The cargo crate’s shape and texture contrasts nicely with the core of the spacecraft, but I do wish James contrasted the colour too. As far as the freighter itself goes, it has a lot going for it. The rounded shape, while simply constructed, is pleasing to the eye and the body is filled with different doodads and details to break it up without making it look too chaotic and scattered. The careful little hints of orange make an otherwise utilitarian colour scheme quite a treat too.
If you are unfamiliar with the source material for this LEGO model, the Horde is a faction in the Warcraft franchise, but usually has little to do with spaceships. The builder, Evgeny Susekov, does not specify whether he took inspiration from the game or just from the faction’s symbol. The builder uses every detail of the symbol’s design to add something interesting to the spacecraft; from the curves and side appendages, to the unique diamond element in the center, which is a cockpit connected by what appear to be energy beams.
The build is an interesting use of fantasy inspiration in a sci-fi theme. However, besides the shape there is not much more to remind us of the games, and it might have been good to include at least an Orcish pilot or many, many spikes.
New Zealand LEGO wunderkind David Hensel is at it again with another awesome build inspired by the movie The Martian — the 2780 Moon rover. Superb shaping and a lovely aesthetic feel leaves me with the impression this could be a real rover. David has used fantastic lighting and a rumpled grey sheet to give the impression it is trundling along the surface of the ‘moon’. I love the clever use of the trans yellow cockpit pieces with the LEGO horns giving an organic curve to the angled pieces. Other features worth noting are the cool telescopic arm with camera and it would be remiss of me to not mention those gorgeous wheels using Technic pins!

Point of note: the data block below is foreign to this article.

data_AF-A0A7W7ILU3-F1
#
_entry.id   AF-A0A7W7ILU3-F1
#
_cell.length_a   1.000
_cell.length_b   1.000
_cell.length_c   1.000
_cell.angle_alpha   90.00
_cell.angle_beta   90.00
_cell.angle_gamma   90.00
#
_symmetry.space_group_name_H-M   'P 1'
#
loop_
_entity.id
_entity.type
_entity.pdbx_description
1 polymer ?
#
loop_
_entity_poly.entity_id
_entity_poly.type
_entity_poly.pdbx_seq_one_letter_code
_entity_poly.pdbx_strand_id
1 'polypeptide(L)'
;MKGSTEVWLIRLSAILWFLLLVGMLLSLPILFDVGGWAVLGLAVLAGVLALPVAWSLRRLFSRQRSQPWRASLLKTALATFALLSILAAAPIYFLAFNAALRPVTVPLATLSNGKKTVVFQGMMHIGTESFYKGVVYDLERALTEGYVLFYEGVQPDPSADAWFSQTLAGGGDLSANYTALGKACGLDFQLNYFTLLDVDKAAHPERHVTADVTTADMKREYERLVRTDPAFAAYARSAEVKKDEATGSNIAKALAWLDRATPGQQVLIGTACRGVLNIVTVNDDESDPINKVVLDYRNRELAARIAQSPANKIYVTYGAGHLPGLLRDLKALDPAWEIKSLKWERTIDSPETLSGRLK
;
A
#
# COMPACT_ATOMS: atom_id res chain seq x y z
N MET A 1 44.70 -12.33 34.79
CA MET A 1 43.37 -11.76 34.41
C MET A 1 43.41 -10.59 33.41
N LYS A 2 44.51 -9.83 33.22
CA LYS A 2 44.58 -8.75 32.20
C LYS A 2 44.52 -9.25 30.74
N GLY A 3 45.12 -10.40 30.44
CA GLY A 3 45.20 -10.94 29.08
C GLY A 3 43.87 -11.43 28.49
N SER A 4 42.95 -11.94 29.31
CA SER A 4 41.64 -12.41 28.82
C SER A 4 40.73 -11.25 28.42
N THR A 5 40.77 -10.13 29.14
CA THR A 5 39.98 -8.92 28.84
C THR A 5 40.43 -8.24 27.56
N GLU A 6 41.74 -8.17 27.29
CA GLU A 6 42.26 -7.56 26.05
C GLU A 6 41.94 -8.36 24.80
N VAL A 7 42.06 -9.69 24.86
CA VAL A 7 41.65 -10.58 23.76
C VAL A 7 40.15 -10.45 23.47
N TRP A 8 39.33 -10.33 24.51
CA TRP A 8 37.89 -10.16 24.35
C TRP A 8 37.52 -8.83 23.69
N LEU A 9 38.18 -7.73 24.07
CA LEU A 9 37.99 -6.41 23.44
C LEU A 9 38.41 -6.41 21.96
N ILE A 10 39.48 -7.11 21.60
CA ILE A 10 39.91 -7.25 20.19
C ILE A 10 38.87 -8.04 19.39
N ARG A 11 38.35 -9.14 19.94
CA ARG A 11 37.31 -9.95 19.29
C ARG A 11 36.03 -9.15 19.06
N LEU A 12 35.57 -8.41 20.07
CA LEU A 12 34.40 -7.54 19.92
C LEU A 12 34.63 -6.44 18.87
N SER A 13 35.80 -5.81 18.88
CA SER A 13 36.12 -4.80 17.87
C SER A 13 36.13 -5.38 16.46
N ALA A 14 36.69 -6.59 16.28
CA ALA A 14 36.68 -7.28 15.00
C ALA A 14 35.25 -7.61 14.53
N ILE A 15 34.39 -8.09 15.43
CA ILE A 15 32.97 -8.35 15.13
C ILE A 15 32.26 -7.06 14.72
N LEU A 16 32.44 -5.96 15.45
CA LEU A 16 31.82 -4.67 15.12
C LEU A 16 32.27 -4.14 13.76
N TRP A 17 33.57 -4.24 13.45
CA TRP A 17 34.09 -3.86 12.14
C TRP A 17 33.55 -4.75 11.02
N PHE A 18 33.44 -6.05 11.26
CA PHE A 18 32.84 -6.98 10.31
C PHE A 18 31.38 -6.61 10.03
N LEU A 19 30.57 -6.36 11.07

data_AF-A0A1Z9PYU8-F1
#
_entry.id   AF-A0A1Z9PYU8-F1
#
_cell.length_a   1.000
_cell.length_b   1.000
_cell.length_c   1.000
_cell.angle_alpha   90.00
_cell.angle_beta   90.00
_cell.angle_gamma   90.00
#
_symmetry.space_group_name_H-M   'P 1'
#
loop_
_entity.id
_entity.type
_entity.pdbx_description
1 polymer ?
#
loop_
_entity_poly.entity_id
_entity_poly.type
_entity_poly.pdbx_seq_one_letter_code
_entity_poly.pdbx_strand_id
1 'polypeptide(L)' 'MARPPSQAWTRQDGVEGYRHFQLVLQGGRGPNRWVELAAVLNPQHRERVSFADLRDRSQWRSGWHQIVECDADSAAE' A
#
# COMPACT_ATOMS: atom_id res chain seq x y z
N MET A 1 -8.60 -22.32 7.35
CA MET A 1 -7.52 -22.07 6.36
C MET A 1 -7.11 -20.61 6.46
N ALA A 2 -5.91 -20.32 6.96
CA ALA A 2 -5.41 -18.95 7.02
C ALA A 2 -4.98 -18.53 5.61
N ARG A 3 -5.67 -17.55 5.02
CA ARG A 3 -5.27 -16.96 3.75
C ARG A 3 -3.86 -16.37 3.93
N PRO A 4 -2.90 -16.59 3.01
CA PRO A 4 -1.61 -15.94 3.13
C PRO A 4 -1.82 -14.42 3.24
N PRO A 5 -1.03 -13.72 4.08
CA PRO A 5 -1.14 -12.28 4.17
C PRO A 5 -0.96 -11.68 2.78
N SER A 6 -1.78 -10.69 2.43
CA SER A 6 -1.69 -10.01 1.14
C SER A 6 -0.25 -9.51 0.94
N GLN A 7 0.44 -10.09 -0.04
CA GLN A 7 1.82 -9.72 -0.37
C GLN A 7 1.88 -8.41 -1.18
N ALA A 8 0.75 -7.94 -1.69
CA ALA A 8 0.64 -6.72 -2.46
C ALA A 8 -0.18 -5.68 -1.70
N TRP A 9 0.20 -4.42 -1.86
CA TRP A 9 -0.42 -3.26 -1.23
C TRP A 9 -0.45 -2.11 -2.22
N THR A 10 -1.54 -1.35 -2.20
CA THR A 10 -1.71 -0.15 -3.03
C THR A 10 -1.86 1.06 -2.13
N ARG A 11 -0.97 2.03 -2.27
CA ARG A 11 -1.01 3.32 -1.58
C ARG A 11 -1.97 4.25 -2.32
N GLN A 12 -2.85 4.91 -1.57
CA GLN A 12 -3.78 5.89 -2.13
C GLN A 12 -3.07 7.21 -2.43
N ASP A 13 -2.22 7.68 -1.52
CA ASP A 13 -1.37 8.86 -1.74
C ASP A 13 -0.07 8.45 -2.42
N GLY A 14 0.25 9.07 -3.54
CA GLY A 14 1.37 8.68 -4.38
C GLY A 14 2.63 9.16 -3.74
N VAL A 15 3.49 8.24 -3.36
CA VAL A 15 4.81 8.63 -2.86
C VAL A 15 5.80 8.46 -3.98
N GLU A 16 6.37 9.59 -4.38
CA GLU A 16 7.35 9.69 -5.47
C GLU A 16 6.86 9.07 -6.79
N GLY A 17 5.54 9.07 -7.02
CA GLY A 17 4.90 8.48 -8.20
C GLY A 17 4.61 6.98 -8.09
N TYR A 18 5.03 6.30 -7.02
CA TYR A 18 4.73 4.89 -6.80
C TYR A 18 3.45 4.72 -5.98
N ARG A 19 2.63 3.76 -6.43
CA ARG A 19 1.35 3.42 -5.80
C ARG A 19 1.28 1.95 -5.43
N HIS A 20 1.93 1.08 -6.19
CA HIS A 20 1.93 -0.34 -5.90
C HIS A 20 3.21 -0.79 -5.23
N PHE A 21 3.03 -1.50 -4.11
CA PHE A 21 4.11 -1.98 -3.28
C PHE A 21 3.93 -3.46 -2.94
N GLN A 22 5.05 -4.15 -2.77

I had a friend with a dream to build a huge spaceship out of LEGO. One which would fit two classic LEGO standards: the famous Vic-Viper style, and the 100 stud-long SHIP (Significantly Huge Investment in Parts). I have yet to hear from that friend again. However, Matt Rowntree has taken on the same subject, and completed the job in a single month!
This creation is more than just two established building genres mashed together — Matt’s M-47 Bushmaster is the best of both worlds. A unique-looking SHIP, and a detailed Vic-Viper too. The level of detail is unsurprising considering the scale. What might normally be achieved with stickers is brick-built, and nothing looks overly bulky or out of place. You might wonder why a spaceship in a format usually reserved for micro- or minifig-scale is so large. The answer? It’s piloted by a technic figure!
SHIPtember may be over, but there’s still plenty more spacecraft measuring over 100 studs in length left in the sea. Feast your eyes on Christian Benito‘s fin-tastic, Spelljammer-inspired SHIP. In addition to a snazzy design, this beast has an articulated tail, exposed “rivet-style” studs, crystallization along the head, and a heavy-duty turret gun. What else could a space whale SHIP ask for?
For more photos of Benito’s creation (including several interior and work-in-progress shots) check out his Flickr page.
October has started, but we still have much to cover from SHIPtember — the month-long celebration of building massive LEGO spaceships. This particular addition, BSL Marcus Garvey by the OG LEGO builder Keith Goldman is actually a recreation of a concept art by another builder.
With dozens of top quality large spaceships built in the community each year, it is hard to be original, but Keith’s ship excels at being true to the concept art, nailing a color scheme, following complex angles and textures, and leaving no boring spots whatsoever.
You’ll need to look a bit longer at this creation by Doctor Mobius to see that it’s not just a photograph of 6929 Star Fleet Voyager released in 1981. The set has been completely scaled up into a larger version and the exposed studs are actually build out of round bricks. You’ll notice the difference when you see the two models side-to-side.
Best of all, according to the builder, “because it was swooshable when we were both little, so it should be swooshable now that we’re both big!”